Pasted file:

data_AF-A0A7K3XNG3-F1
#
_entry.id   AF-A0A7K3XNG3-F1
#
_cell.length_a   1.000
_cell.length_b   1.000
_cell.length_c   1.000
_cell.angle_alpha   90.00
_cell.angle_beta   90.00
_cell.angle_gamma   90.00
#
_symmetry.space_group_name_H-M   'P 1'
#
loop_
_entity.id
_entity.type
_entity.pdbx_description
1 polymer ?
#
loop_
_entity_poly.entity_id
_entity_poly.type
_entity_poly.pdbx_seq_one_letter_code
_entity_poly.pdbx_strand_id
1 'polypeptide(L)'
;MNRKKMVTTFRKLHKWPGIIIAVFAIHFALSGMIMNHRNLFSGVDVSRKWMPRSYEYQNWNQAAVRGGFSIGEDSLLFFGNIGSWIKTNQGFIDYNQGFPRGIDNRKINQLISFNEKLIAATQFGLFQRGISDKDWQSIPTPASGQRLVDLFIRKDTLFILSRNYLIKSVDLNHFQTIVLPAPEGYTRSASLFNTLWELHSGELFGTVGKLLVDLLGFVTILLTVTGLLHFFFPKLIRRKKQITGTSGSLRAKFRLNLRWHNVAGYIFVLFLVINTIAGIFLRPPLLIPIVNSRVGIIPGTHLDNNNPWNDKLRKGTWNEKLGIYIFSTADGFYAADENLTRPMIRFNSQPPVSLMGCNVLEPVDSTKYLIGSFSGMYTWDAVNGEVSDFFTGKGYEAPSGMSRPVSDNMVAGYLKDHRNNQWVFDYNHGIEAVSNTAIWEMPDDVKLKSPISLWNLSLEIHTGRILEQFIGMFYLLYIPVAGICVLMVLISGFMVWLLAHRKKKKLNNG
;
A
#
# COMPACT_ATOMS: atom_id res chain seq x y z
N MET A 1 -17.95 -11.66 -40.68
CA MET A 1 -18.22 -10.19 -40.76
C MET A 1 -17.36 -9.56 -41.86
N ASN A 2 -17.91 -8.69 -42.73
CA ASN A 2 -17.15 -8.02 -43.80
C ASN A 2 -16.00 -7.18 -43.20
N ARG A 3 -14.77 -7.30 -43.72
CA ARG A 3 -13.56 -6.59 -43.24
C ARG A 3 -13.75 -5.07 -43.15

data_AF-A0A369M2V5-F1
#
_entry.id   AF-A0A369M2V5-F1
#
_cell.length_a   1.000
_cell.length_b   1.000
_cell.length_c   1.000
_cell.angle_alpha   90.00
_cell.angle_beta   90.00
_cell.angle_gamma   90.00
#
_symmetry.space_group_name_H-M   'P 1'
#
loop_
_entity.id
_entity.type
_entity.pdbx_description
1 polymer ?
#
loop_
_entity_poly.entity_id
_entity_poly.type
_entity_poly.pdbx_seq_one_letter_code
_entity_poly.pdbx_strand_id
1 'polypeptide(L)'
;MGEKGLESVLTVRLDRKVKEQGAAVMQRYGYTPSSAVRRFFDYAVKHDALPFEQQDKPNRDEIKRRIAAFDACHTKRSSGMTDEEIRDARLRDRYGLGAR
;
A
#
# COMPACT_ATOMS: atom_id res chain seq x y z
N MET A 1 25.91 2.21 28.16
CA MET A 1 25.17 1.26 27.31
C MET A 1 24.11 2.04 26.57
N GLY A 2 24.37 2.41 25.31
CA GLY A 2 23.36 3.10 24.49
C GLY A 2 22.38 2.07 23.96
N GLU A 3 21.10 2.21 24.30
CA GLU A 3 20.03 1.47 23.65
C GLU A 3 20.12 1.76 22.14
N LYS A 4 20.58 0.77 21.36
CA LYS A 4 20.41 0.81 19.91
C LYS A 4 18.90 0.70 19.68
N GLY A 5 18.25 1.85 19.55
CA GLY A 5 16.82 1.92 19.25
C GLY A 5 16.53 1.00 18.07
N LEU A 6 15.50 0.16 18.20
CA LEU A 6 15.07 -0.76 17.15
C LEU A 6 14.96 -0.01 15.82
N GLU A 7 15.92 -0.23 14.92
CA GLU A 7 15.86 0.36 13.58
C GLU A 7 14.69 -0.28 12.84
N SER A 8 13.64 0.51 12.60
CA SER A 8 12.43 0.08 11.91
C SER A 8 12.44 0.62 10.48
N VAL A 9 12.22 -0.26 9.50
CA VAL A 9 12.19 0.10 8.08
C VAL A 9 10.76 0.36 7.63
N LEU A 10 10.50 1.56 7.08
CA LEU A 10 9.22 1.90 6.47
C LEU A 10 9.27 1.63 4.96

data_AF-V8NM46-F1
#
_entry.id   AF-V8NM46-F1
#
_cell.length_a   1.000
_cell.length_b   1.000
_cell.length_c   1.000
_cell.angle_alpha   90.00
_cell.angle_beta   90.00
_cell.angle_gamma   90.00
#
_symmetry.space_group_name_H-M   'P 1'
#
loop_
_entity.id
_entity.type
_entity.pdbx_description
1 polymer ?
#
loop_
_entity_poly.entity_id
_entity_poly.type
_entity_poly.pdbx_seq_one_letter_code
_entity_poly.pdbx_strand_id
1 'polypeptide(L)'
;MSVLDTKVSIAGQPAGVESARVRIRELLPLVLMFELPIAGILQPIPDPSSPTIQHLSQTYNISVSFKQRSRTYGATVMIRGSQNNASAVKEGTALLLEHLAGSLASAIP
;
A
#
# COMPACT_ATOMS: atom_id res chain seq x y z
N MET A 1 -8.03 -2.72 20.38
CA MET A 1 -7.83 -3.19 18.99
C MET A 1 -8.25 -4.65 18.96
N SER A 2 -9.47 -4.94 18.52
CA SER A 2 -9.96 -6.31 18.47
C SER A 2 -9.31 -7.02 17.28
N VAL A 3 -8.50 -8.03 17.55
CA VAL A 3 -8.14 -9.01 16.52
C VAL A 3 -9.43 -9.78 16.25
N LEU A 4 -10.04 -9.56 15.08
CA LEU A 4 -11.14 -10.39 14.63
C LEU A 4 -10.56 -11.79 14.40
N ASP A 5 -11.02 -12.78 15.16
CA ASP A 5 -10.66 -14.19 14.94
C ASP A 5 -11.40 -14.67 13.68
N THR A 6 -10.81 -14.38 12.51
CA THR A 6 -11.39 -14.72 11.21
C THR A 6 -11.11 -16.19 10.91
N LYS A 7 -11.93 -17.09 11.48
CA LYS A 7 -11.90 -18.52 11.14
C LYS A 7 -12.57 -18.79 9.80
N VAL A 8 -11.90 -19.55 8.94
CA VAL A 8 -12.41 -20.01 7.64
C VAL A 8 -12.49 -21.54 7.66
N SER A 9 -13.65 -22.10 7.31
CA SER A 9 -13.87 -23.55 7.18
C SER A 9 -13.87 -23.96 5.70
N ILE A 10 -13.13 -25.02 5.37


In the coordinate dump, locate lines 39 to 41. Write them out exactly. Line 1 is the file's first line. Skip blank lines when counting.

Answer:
C ARG A 3 -13.75 -5.07 -43.15

data_AF-A0A369M2V5-F1
#